The Impact of Legislatures brings together key articles and path-breaking scholarship published in The Journal of Legislative Studies during its first 25 years of publication, enabling the reader to make sense of the impact of legislatures in the modern world.
Encompassing theory, comparative analysis, and county-based empirical studies, the volume examines the impact of legislatures as the key representative institutions of nations, addressing their relationships both to government and to the people. Legislatures are ubiquitous. They provide legitimacy to measures of public policy and to government. As such, they are key to how a nation is governed. But they do much more than confer legitimacy. They are generally multi-functional and functionally adaptable bodies, and are an essential link between citizen and government. However, scholarship on them has not been extensive and has often been descriptive and country- specific, limiting the capacity to make sense of them as a particular species of institution. The chapters in this volume reflect scholarship that helps the reader appreciate the significance of the place and consequences of legislatures, examining not only the relationship between the legislature and the executive, but also the oft-neglected relationship between legislatures and the people.
Reflecting the growing body of research in the field of legislative studies, carried by The Journal of Legislative Studies since its inception in 1995, The Impact of Legislatures is essential reading for anyone wishing to understand the impact of legislatures in the world today.
Table of Contents
1. Rational-choice theory in legislative studies: Models of politics without romanticism
2. Conditional agenda-setting and decision-making inside the European parliament
3. Introduction: Comparing the Legislative Performance of Legislatures
4. Social Choice and Comparing Legislatures: Constitutional versus Institutional Constraints
Anthony J. McGann
5. Rethinking Bicameral Strength: A Three-Dimensional Approach
6. Conclusion. Questioning the ‘Mezey Question’: An Interrogatory Framework for the Comparative Study of Legislatures
PARTY, DIVISION AND CONSENSUS
7. Party Unity in Parliamentary Democracies: A Comparative Analysis
8. Parliamentary Consociationalism in Lebanon: Equal Citizenry vs. Quotated Confessionalism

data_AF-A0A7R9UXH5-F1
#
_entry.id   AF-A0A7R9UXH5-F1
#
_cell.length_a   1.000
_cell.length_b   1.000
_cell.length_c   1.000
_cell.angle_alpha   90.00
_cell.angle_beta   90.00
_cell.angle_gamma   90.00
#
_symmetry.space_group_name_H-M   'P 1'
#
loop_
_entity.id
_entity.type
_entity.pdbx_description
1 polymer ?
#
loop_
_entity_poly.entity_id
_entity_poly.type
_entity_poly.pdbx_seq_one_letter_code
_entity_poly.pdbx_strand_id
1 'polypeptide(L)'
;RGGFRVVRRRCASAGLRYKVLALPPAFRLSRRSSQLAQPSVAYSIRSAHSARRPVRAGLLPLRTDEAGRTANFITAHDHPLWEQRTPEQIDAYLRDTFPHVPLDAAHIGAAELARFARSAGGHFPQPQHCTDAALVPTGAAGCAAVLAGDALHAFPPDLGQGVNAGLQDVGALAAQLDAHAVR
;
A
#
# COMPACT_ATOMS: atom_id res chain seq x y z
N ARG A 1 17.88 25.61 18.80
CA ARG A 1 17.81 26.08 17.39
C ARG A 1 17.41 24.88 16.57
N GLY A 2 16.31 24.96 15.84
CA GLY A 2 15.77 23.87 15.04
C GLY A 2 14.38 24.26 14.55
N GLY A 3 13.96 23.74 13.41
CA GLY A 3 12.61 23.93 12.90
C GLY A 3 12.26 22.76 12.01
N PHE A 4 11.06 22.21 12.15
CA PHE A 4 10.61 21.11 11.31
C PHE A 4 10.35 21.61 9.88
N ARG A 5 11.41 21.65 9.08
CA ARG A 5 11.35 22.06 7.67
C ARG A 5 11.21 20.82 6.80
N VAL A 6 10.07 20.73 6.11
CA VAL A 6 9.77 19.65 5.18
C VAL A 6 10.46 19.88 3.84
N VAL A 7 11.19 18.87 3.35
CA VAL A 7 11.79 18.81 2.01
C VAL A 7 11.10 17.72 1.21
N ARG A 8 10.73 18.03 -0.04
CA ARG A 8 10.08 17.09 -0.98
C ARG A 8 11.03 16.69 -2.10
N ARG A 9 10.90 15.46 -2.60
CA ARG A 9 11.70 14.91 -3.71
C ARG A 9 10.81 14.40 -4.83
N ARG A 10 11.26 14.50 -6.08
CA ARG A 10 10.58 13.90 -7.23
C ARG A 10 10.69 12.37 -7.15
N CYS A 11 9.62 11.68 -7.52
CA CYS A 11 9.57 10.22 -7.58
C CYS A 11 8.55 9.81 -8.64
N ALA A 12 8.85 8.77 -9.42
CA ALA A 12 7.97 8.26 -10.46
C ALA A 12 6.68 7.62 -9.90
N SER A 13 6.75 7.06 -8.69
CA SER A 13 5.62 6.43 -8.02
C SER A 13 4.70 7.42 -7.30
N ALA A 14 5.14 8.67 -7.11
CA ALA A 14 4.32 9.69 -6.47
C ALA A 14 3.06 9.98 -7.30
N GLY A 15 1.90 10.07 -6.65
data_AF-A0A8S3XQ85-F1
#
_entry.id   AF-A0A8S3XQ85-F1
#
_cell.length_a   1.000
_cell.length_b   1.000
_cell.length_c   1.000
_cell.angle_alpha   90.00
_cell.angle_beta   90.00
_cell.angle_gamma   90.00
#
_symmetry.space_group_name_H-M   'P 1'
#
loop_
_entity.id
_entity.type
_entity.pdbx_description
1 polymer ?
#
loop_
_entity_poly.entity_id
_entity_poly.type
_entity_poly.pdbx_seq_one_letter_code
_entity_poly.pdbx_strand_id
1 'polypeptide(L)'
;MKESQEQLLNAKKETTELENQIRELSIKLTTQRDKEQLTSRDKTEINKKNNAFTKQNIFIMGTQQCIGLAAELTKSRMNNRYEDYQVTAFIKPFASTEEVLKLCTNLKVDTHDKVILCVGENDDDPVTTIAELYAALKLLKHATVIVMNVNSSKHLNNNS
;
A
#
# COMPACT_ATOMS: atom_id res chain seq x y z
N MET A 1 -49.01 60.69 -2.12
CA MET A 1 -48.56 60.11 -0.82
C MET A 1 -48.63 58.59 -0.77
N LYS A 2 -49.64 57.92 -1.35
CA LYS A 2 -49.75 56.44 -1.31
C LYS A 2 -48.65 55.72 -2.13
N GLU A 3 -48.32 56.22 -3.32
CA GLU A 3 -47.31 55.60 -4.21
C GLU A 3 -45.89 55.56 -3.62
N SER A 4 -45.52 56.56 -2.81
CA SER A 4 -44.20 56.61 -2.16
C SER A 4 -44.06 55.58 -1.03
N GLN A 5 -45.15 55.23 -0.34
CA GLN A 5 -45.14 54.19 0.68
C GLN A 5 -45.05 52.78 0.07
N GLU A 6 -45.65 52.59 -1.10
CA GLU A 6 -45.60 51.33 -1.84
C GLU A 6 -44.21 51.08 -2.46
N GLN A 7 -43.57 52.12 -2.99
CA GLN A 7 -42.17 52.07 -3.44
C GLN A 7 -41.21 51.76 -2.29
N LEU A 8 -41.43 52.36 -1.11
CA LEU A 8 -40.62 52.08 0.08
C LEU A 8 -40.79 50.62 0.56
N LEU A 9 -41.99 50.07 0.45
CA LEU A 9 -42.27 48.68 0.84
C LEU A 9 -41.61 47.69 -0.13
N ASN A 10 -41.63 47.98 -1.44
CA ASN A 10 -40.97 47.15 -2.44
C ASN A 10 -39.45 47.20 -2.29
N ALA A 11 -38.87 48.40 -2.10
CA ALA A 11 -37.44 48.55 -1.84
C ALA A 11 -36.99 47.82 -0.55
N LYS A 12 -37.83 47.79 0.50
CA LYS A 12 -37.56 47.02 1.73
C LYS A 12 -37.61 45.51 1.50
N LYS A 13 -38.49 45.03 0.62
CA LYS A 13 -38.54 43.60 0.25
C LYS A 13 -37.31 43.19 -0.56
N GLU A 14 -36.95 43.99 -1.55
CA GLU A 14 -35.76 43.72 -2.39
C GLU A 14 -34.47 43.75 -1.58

Imad Salamey and Rhys Payne
9. Parliamentary Opposition in Westminster Democracies: Britain, Canada, Australia and New Zealand
10. Differences and Changes in Danish Party Organisations: Central Party Organisation Versus Parliamentary Party Group Power
Helene Helboe Pedersen
11. Ethnic Group Representation in Cross-National Comparison
12. Women’s Substantive Representation: Defending Feminist Interests or Women’s Electoral Preferences?
13. State-based Representation and National Policymaking: The Evolution of the Australian Senate and the Federation
14. ‘A More Representative Chamber’: Representation and the House of Lords
Hugh Bochel and Andrew Defty
INFLUENCE OF MEMBERS
15. Assessing the Influence of Select Committees in the UK: The Education and Skills Committee, 1997-2005
Andrew Hindmoor, Phil Larkin and Andrew Kennon
16. Exploring the Role of ‘Legislators’ in Canada: Do Members of Parliament Influence Policy?
17. Parliament and the poll tax: A case study in parliamentary pressure
PARLIAMENTS AND CITIZENS
18. Studying the Relationship between Parliament and Citizens
19. How Are Parliaments Using New Media to Engage with Citizens?
Jeffrey Griffith and Cristina Leston-Bandeira
20. Parliament and Citizens in the United Kingdom
21. Microblogging, Constituency Service and Impression Management: UK MPs and the Use of Twitter
Nigel Jackson and Darren Lilleker
22 Parliamentary Questions, the Behaviour of Legislators, and the Function of Legislatures: An Introduction
23. Questioning Parliamentary Questions
Olivier Rozenberg and Shane Martin
24. Parliamentary Questioning in 17 European Parliaments: Some Steps towards Comparison
Frederico Russo and Matti Wiberg
25. Parliamentary Questions as Instruments of Substantive Representation: Visible Minorities in the UK House of Commons, 2005-2010
Philip Norton (Lord Norton of Louth) is Professor of Government and Director of the Centre for Legislative Studies at the University of Hull, UK, and is a member of the UK House of Lords. He is the Founding Editor of The Journal of Legislative Studies.